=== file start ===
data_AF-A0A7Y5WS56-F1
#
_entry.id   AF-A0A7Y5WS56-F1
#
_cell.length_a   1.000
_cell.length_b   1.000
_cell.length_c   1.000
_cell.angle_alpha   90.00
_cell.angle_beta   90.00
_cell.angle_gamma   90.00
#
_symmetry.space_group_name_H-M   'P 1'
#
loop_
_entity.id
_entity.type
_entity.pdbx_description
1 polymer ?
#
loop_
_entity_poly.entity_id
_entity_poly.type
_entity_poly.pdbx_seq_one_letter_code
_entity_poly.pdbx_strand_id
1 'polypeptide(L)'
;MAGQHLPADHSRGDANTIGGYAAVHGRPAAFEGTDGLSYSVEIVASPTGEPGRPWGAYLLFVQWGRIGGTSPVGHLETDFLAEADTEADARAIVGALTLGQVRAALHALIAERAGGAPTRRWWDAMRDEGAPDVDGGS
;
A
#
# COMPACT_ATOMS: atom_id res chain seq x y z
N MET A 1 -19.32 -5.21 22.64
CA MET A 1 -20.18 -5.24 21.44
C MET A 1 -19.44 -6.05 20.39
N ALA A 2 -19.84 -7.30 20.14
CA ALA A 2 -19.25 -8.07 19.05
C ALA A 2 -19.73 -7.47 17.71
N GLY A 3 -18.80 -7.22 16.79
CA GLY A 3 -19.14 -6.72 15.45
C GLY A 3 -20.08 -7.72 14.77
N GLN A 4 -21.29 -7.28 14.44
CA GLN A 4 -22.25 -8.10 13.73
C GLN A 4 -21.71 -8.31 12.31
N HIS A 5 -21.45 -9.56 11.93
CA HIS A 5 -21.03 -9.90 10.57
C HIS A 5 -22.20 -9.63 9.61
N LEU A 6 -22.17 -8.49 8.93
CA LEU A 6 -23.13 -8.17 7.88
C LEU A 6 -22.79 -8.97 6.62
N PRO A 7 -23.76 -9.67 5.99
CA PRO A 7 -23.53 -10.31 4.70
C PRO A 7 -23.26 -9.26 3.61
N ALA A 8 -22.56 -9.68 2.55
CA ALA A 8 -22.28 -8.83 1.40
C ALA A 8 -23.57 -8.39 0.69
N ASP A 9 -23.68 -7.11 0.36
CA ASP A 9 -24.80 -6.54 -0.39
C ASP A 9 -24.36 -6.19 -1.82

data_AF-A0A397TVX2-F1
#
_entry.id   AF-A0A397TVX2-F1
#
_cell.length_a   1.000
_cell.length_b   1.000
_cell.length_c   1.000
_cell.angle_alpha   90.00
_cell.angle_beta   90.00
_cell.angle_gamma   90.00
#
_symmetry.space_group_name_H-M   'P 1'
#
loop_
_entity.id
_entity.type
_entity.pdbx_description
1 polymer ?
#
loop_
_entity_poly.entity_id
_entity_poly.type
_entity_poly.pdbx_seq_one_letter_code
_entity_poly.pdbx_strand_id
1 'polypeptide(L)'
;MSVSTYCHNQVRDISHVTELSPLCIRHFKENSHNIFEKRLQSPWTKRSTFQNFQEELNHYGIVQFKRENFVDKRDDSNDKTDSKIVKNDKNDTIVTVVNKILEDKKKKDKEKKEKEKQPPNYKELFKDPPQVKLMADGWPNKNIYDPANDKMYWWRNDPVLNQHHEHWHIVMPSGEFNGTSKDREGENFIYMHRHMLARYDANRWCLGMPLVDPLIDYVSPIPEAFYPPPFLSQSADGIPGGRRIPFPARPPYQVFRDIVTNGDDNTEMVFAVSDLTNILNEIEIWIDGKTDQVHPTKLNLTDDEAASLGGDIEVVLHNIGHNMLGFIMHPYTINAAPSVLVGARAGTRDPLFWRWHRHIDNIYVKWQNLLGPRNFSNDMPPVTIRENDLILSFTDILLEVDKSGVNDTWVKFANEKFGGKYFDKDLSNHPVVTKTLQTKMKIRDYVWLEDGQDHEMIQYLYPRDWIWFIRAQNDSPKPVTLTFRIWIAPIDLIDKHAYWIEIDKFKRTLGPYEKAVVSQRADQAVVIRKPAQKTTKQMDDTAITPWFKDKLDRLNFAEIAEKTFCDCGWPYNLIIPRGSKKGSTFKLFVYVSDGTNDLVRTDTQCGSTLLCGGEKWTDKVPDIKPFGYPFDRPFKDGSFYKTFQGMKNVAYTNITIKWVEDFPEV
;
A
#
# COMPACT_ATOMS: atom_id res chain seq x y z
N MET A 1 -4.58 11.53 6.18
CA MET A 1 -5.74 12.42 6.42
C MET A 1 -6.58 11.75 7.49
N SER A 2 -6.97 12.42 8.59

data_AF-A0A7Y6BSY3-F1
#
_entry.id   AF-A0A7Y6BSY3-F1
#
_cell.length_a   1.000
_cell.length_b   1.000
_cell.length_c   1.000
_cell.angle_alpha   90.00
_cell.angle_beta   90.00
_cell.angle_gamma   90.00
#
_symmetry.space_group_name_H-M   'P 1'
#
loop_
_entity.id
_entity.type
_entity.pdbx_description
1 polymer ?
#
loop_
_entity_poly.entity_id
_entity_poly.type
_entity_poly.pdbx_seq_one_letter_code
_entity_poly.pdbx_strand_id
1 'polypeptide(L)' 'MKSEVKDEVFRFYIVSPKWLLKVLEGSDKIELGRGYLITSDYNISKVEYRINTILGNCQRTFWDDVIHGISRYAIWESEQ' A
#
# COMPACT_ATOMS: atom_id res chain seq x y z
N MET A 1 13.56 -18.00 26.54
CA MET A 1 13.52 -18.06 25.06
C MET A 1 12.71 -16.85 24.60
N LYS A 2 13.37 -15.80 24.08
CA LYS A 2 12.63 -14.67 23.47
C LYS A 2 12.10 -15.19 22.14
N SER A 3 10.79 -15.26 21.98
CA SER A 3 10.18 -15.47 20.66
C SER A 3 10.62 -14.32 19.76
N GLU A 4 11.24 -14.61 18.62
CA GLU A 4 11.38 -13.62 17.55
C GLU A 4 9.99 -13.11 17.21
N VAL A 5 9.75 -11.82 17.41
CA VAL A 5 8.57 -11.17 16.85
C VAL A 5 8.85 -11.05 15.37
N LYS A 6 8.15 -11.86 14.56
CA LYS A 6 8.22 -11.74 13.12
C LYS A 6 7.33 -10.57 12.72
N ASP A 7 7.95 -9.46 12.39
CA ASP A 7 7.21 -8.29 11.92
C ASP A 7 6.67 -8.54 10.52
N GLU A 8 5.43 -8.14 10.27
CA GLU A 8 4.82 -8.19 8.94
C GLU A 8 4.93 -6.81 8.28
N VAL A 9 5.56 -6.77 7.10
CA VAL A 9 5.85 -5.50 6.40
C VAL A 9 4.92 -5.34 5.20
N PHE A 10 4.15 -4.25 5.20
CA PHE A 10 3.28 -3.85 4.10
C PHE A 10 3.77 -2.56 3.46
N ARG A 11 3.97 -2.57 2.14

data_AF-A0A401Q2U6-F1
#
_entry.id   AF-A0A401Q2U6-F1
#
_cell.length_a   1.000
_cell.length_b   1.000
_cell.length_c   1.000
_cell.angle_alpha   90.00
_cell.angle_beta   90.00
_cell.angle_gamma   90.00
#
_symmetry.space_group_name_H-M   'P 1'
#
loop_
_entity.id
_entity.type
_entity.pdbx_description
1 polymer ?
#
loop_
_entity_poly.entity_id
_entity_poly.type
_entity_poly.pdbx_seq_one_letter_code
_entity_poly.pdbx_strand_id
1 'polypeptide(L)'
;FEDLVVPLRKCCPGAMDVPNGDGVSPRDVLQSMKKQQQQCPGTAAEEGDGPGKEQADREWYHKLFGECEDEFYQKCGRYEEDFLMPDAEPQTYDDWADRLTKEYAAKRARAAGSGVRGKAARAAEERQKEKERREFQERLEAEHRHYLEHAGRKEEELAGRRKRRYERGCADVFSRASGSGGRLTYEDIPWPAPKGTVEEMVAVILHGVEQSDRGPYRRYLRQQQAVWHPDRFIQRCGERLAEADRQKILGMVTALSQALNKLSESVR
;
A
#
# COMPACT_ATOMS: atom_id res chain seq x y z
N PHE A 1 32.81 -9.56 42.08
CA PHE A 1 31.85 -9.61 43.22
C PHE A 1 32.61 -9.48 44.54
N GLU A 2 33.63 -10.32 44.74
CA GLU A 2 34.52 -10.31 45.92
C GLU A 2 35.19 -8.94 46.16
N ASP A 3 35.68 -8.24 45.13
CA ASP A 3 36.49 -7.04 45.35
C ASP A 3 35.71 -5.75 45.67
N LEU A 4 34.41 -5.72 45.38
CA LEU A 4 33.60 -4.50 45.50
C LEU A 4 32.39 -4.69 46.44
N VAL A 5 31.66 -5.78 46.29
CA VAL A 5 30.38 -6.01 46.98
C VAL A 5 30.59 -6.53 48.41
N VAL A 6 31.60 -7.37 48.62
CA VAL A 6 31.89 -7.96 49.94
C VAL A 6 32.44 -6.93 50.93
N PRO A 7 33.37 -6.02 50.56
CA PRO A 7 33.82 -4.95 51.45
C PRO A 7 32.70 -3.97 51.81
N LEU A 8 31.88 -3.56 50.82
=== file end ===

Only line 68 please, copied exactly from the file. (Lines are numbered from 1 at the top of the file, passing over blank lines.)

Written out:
#